What Does Trump's Proposal To Cut Planned Parenthood Funds Mean?
The planned revival of a policy dating to Ronald Reagan's presidency that was slightly retooled and quietly submitted for federal budget review Friday may finally present a way for President Trump to fulfill his campaign promise to "defund" Planned Parenthood.
Or at least to evict it from the federal family planning program, where it provides care to more than 40 percent of that program's 4 million patients.
Congress last year failed to wipe out funding for Planned Parenthood, because the bill faced overwhelming Democratic objections and would not have received the 60 votes needed to pass in the Senate. But Trump's move Friday could potentially accomplish what Congress could not.
According to administration officials, the proposed rules they have submitted to the Office of Management and Budget would require facilities receiving federal family planning funds to be physically separate from those that perform abortion; would eliminate the requirement that women with unintended pregnancies be counseled on their full range of reproductive options; and would ban abortion referrals.
All those changes would particularly affect Planned Parenthood.
Planned Parenthood, which provides a broad array of reproductive health services to women and men, also provides abortion services using nonfederal funds. Cutting off funding has been the top priority for anti-abortion-rights groups, which supported candidate Trump.
"A win like this would immediately disentangle taxpayers from the abortion business and energize the grassroots as we head into the critical midterm elections," Marjorie Dannenfelser, president of the Susan B. Anthony List, a group that opposes abortion, said in a written statement.
In a conference call with reporters, Planned Parenthood officials said they would fight the new rules.
"We've been very clear, Planned Parenthood has an unwavering commitment to ensuring everyone has access to the full range of reproductive health care, and that includes abortion," said Dawn Laguens, executive vice president of the Planned Parenthood Federation of America.
Here is a guide to what the proposal could do and what it could mean for Planned Parenthood and the family planning program:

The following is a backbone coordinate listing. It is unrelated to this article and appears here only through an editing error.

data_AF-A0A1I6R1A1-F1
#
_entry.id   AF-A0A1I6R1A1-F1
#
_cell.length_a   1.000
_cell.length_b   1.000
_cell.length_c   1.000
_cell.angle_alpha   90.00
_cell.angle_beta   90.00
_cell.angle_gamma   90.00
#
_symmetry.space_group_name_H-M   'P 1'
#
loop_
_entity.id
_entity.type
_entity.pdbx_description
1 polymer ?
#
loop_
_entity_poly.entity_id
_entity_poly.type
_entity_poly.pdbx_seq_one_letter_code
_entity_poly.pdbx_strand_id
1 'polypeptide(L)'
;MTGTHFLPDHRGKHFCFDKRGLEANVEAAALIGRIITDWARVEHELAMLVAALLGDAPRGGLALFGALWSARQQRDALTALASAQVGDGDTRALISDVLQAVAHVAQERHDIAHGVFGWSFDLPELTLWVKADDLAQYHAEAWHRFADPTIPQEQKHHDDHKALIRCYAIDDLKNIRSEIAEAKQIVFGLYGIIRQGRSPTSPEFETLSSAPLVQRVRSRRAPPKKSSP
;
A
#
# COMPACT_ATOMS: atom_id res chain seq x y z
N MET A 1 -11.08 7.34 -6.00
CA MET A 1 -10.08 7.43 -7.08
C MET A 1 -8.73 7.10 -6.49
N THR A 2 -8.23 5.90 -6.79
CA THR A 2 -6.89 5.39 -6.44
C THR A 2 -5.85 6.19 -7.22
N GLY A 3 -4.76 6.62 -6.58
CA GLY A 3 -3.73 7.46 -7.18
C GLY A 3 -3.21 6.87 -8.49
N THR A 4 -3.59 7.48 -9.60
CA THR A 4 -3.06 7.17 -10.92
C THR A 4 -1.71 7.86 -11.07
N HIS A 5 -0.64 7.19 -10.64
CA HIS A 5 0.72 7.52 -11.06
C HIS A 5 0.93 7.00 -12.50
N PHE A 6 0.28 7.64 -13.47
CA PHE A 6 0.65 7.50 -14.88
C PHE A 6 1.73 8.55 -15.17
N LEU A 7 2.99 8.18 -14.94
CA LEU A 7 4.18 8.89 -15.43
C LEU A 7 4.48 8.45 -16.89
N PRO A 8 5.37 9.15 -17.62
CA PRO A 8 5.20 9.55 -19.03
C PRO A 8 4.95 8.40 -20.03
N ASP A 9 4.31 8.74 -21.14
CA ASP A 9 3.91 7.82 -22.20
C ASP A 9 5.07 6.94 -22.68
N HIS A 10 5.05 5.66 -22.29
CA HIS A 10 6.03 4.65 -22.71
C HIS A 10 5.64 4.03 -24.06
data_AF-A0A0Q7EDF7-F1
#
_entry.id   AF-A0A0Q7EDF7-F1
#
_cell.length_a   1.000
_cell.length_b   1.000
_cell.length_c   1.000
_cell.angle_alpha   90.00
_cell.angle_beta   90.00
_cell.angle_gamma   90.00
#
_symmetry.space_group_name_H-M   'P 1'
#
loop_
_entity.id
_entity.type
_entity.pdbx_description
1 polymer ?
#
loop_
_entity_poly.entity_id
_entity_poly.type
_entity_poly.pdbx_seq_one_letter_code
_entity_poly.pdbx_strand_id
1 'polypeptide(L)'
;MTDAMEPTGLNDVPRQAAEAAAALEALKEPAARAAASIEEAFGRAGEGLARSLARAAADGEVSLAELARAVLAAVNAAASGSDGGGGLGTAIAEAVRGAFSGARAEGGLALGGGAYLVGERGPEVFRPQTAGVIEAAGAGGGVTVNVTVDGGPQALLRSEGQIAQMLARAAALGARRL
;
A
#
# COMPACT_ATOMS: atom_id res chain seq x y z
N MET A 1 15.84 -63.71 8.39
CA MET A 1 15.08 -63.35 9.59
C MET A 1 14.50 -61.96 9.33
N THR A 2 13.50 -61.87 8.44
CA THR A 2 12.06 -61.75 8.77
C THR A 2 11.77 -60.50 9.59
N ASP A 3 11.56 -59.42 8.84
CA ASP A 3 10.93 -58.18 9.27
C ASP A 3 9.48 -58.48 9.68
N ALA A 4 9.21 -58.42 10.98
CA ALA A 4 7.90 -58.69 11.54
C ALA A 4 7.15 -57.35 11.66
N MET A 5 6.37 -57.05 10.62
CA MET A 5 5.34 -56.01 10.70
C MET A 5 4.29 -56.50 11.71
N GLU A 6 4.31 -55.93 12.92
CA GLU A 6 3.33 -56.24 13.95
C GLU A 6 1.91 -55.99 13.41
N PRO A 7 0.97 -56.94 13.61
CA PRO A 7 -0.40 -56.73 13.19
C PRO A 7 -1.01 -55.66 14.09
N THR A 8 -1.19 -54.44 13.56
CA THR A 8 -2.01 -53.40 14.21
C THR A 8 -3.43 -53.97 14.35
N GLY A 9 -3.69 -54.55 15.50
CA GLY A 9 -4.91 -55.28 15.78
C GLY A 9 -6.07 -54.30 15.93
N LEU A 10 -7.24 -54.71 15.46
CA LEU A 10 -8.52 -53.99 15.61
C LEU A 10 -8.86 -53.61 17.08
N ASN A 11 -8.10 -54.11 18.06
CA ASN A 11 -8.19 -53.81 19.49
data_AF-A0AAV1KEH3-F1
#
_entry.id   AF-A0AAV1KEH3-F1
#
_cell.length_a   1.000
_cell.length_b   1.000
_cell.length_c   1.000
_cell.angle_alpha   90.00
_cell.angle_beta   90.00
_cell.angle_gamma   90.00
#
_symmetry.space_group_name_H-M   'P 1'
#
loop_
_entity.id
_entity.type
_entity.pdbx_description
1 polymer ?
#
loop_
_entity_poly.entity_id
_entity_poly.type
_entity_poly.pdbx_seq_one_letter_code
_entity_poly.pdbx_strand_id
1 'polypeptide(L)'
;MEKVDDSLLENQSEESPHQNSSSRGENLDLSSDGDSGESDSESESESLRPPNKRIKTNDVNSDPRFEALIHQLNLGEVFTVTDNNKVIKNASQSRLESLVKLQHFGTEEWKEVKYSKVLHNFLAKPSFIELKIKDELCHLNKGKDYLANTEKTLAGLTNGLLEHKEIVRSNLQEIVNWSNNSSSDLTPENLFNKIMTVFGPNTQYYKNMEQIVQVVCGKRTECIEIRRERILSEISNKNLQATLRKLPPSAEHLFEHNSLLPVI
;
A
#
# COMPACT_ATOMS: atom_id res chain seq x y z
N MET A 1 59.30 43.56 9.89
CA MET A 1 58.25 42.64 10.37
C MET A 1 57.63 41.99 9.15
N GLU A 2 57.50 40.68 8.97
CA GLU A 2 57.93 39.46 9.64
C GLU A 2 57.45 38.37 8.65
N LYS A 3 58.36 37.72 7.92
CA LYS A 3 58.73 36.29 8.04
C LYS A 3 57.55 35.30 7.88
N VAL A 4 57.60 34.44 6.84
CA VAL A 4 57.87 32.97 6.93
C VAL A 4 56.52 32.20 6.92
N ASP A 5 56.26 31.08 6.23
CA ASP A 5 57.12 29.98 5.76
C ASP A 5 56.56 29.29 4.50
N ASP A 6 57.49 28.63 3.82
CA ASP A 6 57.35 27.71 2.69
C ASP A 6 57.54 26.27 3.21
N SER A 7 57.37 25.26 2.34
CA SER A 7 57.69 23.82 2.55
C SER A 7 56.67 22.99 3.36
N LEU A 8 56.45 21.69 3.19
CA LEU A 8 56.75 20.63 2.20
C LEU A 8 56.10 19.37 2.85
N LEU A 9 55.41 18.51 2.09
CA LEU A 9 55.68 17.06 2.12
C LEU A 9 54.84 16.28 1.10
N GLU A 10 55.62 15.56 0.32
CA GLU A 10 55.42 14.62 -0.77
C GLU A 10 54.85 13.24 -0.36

What is Title X?
The federal family planning program, known as "Title X," is named for its section in the federal Public Health Service Act. It became law in 1970, three years before the Supreme Court legalized abortion in Roe v. Wade. The original bill was sponsored by then-Rep. George H.W. Bush, R-Texas, and signed into law by President Richard Nixon.
The program provides wellness exams and comprehensive contraceptive services, as well as screenings for cancer and sexually transmitted diseases for both women and men.
In 2016, the most recent year for which statistics have been published, Title X served 4 million patients at just under 4,000 sites.
Title X patients are overwhelmingly young, female and low-income. An estimated 11 percent of Title X patients in 2016 were male; two-thirds of patients were under age 30; and nearly two-thirds had income below the federal poverty line.
What is Planned Parenthood's relationship to Title X and Medicaid?
Planned Parenthood's affiliates account for about 13 percent of all Title X sites but serve an estimated 40 percent of its patients. Only about half of Planned Parenthood affiliates perform abortions, although the organization in its entirety is the nation's leading abortion provider.
Planned Parenthood also gets much more federal funding for services provided to patients on the Medicaid program (although not for abortion) than it does through Title X. Eliminating Medicaid funding for Planned Parenthood has proved more difficult for lawmakers opposed to the organization because the federal Medicaid law includes the right for patients to select their providers. Changing that also would require a 60-vote majority in the Senate. So that particular line of funding likely is not at risk.
While opponents of federal funding for Planned Parenthood have said that other safety-net clinics could make up the difference if Planned Parenthood no longer participates in Title X, several studies have suggested that in many remote areas Planned Parenthood is the only provider of family planning services and the only provider that regularly stocks all methods of birth control.